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I'm very interested in knowing about how much energy would be lost to the atmosphere if you fired a laser or maser into space. I know the laser would probably diverge quite a bit over that distance, and the photons would probably lose a lot of their energy traveling through the medium of air. Just to be specific let's say the boundary to space is the Karman Line in this case (100km). The difference between a laser and maser is also important because of the absorption spectrum of the atmosphere.

The reason I'm curious about this is if you fired a powerful array of lasers or masers into the atmosphere powered by the heat in the atmosphere I'm curious how difficult it would be to provide a significant alteration to the effects of global warming, by moving excess energy into space.

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  • $\begingroup$ Google "absorption spectrum of the atmosphere" and you'll get dozens of references that can answer this question. $\endgroup$ – The Photon May 17 at 3:43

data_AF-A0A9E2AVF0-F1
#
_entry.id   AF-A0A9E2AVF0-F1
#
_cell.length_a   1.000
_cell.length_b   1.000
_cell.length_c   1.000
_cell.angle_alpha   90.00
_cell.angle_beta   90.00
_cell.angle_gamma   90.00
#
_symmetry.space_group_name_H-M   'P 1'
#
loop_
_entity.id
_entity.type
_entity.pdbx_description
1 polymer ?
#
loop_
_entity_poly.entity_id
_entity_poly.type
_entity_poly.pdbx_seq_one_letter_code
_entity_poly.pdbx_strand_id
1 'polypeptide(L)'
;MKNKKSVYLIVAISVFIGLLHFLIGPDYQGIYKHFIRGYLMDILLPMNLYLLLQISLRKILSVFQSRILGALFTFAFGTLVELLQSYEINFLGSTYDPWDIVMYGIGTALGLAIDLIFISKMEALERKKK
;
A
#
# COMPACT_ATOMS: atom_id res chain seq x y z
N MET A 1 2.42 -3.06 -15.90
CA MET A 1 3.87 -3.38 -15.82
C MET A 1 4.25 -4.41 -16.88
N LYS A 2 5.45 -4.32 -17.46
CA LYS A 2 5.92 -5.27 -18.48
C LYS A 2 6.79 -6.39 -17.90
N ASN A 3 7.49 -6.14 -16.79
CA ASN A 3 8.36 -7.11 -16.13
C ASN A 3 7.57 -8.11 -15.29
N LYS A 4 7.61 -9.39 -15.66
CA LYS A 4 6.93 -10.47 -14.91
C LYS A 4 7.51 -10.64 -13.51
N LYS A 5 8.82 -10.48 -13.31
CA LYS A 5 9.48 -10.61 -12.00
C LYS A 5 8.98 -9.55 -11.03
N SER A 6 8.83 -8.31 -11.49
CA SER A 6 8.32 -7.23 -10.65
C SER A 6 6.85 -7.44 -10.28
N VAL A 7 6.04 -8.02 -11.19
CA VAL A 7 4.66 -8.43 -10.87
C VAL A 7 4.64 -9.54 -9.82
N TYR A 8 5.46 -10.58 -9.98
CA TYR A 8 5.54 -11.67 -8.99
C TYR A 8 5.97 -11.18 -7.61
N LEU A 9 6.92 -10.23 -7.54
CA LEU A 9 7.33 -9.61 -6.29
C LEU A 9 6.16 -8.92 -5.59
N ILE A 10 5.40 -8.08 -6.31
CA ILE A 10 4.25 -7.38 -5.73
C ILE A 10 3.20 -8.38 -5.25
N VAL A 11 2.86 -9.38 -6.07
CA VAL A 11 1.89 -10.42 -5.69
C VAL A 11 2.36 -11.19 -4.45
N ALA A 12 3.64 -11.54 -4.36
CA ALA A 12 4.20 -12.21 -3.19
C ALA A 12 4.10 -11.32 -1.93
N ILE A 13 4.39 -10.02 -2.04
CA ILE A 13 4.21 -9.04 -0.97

• $\begingroup$ The answer to your final question woudl be "extraordinary difficult to a level you may not appreciate." The energy balances of a planet are massive. From one of my favorite pages on Wikipedia the energy of the sun striking the earth every day is something like 500x the total electricity use of the entire world for a year. Power on a planetary level is a thing to behold! $\endgroup$ – Cort Ammon May 17 at 5:49
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The extinction in the atmosphere is a function of atmospheric conditions, dust and aerosol concentrations, the angle to the vertical the laser is fired at, and of course the wavelength.

A typical value at 589 mm (sodium laser) in a clean atmosphere and a vertical beam would be about a 15% attenuation. It could easily be a factor of a few worse in more polluted atmosphere.

For a maser it would depend on the exact microwave wavelength and would also depend a lot on the water vapour content in the atmosphere.

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  • $\begingroup$ Lets say for example that we were placing the masers on Mauna Kea a hotspot for astronomy, which you probably know a lot about, I don't know what the humidity measurements listed here: agupubs.onlinelibrary.wiley.com/doi/full/10.1029/2007GL031330 mean in terms of the water vapour content, but how would they affect a proposed maser? And can we pack a higher energy density into a certain square footage with modern lasers or masers? $\endgroup$ – Ethan May 18 at 2:11
  • $\begingroup$ Also how does the laser's attenuation relate to its energy loss over distance? $\endgroup$ – Ethan May 26 at 2:53

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